NotesFAQContact Us
Search Tips
ERIC Number: ED203302
Record Type: RIE
Publication Date: 1981-Mar
Pages: 19
Abstractor: N/A
Reference Count: 0
Achievement as a Function of Worksheet Type: Application of a Depth of Processing Model of Memory to the Classroom.
Redfield, D. L.; And Others
A study examined the efficacy of using various types of worksheets (representative of those typically used in instruction) that had been specifically designed to elicit differing achievement effects and to promote cognitive processing at the semantic level. Fifth grade students from five classrooms were divided into groups of high, middle, and low reading levels and were randomly assigned to one of three treatment groups, each based on worksheet type. The worksheet types were intended to reflect levels within various taxonomies of cognitive skills. Specifically, they were (1) those designed to elicit recall of factual information or details ("drill"); (2) those designed to promote application, analysis, synthesis, or evaluation of factual lesson material ("comprehension"); and (3) those requiring the student to locate and write main ideas appearing in the text ("structuring"). Following a week of instruction, the students were administered an achievement posttest. Results showed that high level readers in the drill and comprehension groups performed better on recall test items than did high level readers in the structuring group, high level readers in the drill group outperformed high level readers in the comprehension and structuring groups on comprehension items, and low level readers in the drill and comprehension groups performed better on recall items than did low level readers in the comprehension group. Overall, the findings for treatment were nonsignificant. (FL)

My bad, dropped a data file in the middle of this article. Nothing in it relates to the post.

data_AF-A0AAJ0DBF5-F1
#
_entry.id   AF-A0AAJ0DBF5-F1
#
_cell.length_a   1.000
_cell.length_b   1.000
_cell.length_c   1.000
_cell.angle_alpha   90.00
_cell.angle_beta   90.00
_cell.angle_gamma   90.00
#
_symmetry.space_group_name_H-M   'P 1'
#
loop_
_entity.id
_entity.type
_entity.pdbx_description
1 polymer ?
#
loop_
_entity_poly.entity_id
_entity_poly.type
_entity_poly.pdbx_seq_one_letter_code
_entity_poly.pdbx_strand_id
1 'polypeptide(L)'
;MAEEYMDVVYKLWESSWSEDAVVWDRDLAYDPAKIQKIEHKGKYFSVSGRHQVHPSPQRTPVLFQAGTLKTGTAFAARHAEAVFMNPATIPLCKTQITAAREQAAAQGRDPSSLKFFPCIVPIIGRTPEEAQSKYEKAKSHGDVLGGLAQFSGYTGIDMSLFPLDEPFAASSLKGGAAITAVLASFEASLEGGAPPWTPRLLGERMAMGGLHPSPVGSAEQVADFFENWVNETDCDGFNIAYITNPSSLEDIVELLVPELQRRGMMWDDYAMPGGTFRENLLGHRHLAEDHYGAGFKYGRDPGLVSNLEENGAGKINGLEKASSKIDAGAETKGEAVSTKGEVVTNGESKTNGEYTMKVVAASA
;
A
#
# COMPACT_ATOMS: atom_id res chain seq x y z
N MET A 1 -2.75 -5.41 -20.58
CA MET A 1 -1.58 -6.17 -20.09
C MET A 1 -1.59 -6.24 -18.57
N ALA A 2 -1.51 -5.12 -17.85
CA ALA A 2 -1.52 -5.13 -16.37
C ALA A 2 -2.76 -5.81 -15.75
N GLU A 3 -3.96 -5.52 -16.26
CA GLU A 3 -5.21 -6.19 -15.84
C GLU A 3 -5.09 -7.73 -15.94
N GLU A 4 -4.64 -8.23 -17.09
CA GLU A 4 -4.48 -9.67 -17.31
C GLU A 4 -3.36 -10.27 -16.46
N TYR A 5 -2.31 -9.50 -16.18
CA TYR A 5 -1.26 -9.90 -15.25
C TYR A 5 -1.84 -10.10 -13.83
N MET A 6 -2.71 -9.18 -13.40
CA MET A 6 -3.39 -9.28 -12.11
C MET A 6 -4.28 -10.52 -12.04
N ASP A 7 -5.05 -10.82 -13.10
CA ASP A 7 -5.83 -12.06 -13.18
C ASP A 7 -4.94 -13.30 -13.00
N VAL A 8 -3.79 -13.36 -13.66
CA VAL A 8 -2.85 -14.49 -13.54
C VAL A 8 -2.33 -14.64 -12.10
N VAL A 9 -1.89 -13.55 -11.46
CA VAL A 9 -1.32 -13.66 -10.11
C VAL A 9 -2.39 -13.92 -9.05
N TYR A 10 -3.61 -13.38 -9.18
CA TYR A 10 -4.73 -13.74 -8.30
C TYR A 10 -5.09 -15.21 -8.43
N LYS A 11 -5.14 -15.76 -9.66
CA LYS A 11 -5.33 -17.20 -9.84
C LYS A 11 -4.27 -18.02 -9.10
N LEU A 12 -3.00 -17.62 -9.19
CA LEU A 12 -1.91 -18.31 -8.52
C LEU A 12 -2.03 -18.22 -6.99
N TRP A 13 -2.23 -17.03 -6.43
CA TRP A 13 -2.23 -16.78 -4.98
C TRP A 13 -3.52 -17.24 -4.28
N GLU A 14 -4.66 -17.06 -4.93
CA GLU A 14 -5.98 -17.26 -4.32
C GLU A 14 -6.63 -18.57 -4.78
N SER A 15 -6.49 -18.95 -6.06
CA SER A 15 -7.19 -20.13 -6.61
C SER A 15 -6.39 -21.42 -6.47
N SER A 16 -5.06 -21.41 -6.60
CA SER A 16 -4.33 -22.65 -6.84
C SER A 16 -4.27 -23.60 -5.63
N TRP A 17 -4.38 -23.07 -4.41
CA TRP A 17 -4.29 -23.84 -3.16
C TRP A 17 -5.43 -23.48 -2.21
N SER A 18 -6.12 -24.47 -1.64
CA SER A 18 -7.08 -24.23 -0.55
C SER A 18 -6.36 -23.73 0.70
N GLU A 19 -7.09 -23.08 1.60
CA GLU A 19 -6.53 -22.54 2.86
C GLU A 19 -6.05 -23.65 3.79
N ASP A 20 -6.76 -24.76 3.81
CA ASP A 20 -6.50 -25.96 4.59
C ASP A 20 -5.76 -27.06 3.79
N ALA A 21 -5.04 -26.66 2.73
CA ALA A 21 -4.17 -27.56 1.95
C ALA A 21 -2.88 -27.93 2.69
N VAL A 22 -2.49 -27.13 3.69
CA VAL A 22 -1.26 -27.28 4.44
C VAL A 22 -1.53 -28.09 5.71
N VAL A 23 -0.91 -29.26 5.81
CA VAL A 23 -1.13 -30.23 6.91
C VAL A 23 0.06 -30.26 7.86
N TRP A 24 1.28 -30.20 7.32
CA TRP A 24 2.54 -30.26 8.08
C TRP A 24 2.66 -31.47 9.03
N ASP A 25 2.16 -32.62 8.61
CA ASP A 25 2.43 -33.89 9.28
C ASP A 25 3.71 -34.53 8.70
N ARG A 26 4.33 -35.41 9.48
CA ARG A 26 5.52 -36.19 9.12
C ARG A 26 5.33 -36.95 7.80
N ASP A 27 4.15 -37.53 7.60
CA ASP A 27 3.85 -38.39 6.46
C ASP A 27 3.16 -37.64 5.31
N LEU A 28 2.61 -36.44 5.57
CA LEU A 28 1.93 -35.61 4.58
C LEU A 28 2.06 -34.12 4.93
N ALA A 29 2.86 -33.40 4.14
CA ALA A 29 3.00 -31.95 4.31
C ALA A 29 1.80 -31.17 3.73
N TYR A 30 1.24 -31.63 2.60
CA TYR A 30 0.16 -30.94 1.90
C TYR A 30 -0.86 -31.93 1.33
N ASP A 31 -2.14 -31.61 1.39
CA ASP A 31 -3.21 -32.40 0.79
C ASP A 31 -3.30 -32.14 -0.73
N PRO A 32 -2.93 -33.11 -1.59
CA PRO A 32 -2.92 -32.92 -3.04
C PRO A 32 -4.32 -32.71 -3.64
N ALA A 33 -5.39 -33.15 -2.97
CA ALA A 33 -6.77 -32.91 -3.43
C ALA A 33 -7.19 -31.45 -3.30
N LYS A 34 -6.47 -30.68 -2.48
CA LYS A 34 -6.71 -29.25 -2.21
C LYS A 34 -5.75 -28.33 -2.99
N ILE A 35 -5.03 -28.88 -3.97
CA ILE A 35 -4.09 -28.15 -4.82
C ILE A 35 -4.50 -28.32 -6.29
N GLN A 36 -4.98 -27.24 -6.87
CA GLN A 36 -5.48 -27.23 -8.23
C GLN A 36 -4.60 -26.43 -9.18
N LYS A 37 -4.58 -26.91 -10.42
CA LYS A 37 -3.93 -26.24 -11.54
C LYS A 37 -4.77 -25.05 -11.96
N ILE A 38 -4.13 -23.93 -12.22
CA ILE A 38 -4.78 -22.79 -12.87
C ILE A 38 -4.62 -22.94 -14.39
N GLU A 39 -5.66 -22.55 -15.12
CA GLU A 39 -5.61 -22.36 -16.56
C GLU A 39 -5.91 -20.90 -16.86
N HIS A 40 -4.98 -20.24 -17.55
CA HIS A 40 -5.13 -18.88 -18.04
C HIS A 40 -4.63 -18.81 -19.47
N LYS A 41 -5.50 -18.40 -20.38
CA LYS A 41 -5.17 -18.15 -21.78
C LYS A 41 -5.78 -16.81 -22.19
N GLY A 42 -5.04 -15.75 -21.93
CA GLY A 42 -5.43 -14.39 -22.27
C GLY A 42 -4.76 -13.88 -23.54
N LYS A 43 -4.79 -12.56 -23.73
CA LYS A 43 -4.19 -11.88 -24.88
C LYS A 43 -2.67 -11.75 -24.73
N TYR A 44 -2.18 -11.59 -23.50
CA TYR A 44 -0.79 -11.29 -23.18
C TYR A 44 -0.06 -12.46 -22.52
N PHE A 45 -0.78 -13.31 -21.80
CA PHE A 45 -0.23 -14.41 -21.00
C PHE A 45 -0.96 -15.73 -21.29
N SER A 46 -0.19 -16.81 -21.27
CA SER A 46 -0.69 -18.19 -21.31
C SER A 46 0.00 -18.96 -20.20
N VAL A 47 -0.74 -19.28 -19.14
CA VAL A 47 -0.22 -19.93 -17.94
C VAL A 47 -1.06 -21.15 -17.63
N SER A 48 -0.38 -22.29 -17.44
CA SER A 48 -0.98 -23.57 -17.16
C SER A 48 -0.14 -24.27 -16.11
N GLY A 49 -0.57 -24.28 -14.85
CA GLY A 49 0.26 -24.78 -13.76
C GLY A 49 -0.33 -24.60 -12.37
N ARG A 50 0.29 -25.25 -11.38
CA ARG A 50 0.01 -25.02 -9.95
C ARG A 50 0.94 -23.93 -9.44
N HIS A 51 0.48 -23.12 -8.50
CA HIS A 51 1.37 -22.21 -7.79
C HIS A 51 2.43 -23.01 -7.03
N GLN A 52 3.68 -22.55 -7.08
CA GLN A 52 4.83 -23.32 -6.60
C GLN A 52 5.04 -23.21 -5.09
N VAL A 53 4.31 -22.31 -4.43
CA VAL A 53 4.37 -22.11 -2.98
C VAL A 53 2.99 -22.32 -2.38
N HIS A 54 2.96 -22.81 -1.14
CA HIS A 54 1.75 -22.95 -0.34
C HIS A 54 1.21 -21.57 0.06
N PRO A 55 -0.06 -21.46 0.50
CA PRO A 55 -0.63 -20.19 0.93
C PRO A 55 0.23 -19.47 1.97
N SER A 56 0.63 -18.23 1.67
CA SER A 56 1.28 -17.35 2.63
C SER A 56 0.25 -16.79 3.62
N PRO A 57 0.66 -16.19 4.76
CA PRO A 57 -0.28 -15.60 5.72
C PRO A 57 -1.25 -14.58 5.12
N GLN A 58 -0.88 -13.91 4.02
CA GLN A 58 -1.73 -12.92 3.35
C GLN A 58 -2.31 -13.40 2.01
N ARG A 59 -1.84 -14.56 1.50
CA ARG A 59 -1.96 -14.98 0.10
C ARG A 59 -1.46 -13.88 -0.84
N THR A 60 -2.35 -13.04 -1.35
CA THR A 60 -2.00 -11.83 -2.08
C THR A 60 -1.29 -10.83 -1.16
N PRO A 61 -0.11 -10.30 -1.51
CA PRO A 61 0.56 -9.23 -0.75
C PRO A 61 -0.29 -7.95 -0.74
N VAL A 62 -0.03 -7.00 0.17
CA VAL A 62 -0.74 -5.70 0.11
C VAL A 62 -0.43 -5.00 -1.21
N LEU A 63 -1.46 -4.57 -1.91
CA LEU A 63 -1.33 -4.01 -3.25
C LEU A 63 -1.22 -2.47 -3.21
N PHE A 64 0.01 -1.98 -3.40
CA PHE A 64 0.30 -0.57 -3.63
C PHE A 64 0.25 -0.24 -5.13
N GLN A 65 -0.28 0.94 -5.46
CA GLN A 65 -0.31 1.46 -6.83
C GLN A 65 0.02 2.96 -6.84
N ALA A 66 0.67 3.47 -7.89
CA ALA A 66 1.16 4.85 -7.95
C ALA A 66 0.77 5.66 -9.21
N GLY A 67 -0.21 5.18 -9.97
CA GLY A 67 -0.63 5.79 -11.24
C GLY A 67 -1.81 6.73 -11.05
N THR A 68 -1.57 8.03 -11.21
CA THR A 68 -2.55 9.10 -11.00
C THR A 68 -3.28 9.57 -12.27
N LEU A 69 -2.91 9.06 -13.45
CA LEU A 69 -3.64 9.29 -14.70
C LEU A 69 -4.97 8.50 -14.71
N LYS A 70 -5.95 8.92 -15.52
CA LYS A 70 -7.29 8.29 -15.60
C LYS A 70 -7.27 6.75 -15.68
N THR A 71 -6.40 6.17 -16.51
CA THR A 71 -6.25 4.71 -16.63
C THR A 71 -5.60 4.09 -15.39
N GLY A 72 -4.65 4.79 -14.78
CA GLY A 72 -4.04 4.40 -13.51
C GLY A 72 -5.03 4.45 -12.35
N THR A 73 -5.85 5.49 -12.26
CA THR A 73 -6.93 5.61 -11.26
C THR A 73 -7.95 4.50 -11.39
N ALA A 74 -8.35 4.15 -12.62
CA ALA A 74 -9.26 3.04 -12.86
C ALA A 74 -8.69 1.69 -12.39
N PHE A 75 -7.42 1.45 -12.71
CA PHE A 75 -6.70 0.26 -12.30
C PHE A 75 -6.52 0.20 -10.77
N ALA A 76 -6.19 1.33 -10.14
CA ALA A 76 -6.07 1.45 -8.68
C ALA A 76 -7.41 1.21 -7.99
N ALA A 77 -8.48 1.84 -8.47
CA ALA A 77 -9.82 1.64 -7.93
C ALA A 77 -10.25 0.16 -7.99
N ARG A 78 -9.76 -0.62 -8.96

Publication Type: Reports - Research; Speeches/Meeting Papers
Education Level: N/A
Audience: N/A
Language: English
Sponsor: N/A
Authoring Institution: N/A
Note: Paper presented at the Annual Meeting of the Southeastern Psychological Association (Atlanta, GA, March 25-28, 1981).